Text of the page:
17. Do you eat green leafy vegetables (kale, greens, spinach, broccoli, cabbage or lettuce) on most days?  
18. How many servings of milk or dairy products do you have on most days? One serving is a cup of milk, a cup of yogurt or about 1 ½ oz of cheese.  
    

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Risk factors : Most scientists agree that these things affect the risk of osteoporosis. Some may apply to you, but others may not.

Factors that increase a person's risk of osteoporosis but cannot be changed include:

Age and osteoporosis : The risk of osteoporosis increases with age. Osteoporosis can be seen at any age but is much more common in in people as they get older.

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 Sex and osteoporosis : Women have a higher risk of osteoporosis than do men, but both men and women can develop bone loss and fracture.

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Family history and osteoporosis : A person with a parent who had osteoporosis is at increased risk of developing bone loss.

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 Race, ethnicity and osteoporosis : People of all races and ethnicities develop osteoporosis. However, African Americans tend to be at lower risk than other groups.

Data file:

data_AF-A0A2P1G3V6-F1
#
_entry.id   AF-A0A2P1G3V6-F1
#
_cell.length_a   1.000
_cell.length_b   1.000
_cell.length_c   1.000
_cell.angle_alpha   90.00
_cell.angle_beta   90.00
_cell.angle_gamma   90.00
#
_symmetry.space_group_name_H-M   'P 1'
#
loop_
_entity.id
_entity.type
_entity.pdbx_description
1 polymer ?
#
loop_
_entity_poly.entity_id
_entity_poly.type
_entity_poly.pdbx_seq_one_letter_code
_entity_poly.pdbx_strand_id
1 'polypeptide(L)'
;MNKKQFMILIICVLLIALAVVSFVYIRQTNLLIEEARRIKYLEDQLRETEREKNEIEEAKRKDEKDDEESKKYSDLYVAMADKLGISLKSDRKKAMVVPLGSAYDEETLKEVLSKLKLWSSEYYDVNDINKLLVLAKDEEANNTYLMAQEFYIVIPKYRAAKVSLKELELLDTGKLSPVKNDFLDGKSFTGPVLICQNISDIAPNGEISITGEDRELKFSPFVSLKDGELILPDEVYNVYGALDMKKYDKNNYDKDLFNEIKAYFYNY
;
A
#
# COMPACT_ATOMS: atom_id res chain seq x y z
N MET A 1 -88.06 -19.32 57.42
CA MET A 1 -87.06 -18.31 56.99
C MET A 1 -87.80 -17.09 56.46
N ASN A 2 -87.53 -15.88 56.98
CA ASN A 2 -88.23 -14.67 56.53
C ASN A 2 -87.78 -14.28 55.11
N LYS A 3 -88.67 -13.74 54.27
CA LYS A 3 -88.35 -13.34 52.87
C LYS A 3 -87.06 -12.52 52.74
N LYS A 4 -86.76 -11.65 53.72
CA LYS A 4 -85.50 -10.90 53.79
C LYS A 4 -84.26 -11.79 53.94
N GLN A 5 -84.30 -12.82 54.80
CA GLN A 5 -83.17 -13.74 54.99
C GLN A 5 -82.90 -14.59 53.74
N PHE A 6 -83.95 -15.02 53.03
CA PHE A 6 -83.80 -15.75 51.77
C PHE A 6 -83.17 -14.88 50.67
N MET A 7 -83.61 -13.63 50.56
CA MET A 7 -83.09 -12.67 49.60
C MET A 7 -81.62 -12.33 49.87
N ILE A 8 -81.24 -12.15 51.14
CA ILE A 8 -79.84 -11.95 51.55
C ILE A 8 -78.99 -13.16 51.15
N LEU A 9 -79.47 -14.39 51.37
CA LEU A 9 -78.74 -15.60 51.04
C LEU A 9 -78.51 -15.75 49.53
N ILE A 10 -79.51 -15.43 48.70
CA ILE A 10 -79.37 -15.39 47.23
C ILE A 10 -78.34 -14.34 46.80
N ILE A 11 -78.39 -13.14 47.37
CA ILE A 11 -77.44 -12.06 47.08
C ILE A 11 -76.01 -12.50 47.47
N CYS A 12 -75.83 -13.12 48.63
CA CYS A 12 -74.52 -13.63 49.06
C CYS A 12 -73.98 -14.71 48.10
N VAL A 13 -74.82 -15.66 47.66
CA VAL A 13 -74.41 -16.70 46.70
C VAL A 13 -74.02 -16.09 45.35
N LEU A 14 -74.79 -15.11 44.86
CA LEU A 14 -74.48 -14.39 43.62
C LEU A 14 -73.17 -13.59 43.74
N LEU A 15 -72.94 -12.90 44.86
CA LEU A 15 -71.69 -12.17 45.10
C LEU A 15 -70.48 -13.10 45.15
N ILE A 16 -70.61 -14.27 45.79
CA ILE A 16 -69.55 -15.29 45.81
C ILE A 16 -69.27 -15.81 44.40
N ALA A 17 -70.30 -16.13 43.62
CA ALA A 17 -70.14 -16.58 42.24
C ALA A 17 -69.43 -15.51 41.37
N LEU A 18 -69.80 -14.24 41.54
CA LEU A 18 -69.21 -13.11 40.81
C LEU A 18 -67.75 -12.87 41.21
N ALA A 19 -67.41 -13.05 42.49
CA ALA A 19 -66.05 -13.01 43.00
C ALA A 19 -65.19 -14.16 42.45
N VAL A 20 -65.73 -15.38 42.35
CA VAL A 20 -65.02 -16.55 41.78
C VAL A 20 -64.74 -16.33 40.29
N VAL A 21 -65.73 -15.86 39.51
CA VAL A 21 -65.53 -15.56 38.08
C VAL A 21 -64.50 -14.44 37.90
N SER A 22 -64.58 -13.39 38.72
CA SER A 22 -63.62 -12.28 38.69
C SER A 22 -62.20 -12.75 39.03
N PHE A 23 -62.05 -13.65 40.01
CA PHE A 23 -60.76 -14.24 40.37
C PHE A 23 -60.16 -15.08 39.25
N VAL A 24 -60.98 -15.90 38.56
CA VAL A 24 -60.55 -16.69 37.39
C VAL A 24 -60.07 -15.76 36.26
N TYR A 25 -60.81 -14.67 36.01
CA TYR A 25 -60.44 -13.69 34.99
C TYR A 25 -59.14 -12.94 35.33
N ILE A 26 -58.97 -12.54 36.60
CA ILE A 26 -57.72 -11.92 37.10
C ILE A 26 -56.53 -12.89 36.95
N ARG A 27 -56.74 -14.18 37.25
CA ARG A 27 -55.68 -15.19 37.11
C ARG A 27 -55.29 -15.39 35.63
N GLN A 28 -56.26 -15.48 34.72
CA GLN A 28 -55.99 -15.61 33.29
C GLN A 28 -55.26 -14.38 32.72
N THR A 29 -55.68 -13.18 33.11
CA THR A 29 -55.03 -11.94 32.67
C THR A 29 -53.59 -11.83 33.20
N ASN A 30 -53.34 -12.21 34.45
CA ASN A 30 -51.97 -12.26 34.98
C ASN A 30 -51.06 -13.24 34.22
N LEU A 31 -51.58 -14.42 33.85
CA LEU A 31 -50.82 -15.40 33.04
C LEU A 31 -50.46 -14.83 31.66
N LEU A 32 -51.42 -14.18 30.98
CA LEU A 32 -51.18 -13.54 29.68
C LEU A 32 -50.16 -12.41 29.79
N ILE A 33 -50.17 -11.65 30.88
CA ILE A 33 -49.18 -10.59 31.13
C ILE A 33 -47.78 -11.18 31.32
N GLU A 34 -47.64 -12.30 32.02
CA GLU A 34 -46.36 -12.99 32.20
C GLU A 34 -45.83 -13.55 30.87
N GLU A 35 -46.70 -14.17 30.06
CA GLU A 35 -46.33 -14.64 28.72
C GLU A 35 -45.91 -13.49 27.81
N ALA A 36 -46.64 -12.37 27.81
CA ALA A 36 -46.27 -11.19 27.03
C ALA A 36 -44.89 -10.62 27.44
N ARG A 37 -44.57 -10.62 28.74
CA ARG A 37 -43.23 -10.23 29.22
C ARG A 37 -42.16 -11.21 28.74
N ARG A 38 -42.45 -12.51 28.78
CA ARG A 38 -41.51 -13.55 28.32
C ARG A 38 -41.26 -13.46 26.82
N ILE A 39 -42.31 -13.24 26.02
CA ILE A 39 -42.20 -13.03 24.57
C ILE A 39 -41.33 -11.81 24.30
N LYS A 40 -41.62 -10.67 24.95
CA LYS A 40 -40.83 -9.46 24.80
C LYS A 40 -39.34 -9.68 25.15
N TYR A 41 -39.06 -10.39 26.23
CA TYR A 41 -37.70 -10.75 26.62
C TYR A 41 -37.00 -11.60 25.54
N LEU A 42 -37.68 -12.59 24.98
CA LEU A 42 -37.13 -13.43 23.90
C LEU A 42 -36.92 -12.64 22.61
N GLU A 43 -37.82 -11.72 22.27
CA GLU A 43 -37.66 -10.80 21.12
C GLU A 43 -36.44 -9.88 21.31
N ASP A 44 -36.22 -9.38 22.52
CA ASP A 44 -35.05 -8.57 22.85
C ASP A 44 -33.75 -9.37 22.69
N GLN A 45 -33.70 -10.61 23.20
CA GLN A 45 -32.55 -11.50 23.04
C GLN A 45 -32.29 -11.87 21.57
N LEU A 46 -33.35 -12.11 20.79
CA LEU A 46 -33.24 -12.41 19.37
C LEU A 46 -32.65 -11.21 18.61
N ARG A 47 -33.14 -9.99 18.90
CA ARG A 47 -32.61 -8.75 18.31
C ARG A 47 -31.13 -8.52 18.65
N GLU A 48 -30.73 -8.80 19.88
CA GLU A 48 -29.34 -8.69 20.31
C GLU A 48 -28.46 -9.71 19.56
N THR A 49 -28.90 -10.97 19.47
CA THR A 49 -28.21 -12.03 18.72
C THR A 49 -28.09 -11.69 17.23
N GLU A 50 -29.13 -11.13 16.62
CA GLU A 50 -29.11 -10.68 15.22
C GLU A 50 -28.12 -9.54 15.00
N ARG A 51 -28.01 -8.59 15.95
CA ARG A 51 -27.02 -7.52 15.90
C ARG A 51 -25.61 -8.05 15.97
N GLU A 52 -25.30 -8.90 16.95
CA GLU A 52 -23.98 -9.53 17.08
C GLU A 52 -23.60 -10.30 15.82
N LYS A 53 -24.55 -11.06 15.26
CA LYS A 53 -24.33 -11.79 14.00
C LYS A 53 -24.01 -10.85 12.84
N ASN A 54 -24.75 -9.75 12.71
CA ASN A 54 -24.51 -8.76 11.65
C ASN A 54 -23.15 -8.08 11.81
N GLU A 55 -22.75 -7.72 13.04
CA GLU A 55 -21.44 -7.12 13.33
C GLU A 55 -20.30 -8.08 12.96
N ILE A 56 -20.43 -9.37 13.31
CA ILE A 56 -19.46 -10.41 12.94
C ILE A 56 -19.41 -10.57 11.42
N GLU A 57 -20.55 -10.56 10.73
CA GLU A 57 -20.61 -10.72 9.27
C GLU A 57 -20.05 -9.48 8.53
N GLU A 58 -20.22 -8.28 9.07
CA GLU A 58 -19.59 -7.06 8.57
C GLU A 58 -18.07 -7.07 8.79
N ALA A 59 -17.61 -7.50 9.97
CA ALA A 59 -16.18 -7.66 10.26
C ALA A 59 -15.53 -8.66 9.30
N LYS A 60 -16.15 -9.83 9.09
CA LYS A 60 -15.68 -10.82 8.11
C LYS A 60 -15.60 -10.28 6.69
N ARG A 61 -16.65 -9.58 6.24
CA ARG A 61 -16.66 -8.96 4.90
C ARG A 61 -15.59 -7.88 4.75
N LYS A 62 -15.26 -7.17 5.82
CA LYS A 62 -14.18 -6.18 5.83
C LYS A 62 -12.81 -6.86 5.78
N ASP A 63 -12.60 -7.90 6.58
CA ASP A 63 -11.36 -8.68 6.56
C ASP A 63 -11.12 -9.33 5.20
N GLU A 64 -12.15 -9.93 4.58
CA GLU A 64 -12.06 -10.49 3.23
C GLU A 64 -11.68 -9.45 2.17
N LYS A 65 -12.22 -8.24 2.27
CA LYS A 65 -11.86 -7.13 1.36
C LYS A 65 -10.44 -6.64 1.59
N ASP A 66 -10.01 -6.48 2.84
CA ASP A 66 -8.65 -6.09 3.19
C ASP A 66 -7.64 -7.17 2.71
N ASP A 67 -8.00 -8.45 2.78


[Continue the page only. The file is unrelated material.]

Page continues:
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 Medications and osteoporosis : Some medications, like steroids and some anticonvulsants, are an important part of the treatment of diseases, but they can also cause bone loss. People who need these medications should take steps to protect their bones.

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Most risk factors for osteoporosis can be modified to reduce risk, either through lifestyle changes or through medication, if needed. These include:

Physical activity and osteoporosis : Exercise is one of the best ways to protect yourself from osteoporosis. Weight-bearing exercises that work against gravity (like walking, stair climbing and weight training) help maintain strong bones. Exercise also helps prevent other diseases such as Osteoporosis, stroke, diabetes, obesity and colon cancer. Try to get at least 30 minutes of exercise a day.